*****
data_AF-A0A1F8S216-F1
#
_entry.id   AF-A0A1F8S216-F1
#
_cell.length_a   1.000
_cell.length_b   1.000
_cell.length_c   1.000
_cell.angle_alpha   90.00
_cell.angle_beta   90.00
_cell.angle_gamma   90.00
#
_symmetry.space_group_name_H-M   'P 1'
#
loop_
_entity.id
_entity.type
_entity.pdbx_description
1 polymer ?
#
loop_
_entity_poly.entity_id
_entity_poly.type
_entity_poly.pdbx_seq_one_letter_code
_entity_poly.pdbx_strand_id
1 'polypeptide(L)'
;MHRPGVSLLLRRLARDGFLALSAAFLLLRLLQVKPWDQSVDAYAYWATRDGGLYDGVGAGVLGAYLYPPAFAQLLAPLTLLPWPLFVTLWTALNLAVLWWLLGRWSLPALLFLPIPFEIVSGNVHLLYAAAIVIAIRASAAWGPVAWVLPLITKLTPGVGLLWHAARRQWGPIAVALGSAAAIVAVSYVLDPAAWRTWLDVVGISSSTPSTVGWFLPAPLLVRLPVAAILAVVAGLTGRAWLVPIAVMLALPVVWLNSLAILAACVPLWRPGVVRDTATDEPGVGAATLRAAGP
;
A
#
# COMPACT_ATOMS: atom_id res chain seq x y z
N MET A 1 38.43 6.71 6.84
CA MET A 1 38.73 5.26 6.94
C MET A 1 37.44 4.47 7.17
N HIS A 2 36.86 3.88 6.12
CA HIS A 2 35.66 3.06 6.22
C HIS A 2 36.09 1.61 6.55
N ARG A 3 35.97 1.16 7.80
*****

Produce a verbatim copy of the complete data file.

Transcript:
data_AF-A0A1F8S216-F1
#
_entry.id   AF-A0A1F8S216-F1
#
_cell.length_a   1.000
_cell.length_b   1.000
_cell.length_c   1.000
_cell.angle_alpha   90.00
_cell.angle_beta   90.00
_cell.angle_gamma   90.00
#
_symmetry.space_group_name_H-M   'P 1'
#
loop_
_entity.id
_entity.type
_entity.pdbx_description
1 polymer ?
#
loop_
_entity_poly.entity_id
_entity_poly.type
_entity_poly.pdbx_seq_one_letter_code
_entity_poly.pdbx_strand_id
1 'polypeptide(L)'
;MHRPGVSLLLRRLARDGFLALSAAFLLLRLLQVKPWDQSVDAYAYWATRDGGLYDGVGAGVLGAYLYPPAFAQLLAPLTLLPWPLFVTLWTALNLAVLWWLLGRWSLPALLFLPIPFEIVSGNVHLLYAAAIVIAIRASAAWGPVAWVLPLITKLTPGVGLLWHAARRQWGPIAVALGSAAAIVAVSYVLDPAAWRTWLDVVGISSSTPSTVGWFLPAPLLVRLPVAAILAVVAGLTGRAWLVPIAVMLALPVVWLNSLAILAACVPLWRPGVVRDTATDEPGVGAATLRAAGP
;
A
#
# COMPACT_ATOMS: atom_id res chain seq x y z
N MET A 1 38.43 6.71 6.84
CA MET A 1 38.73 5.26 6.94
C MET A 1 37.44 4.47 7.17
N HIS A 2 36.86 3.88 6.12
CA HIS A 2 35.66 3.06 6.22
C HIS A 2 36.09 1.61 6.55
N ARG A 3 35.97 1.16 7.80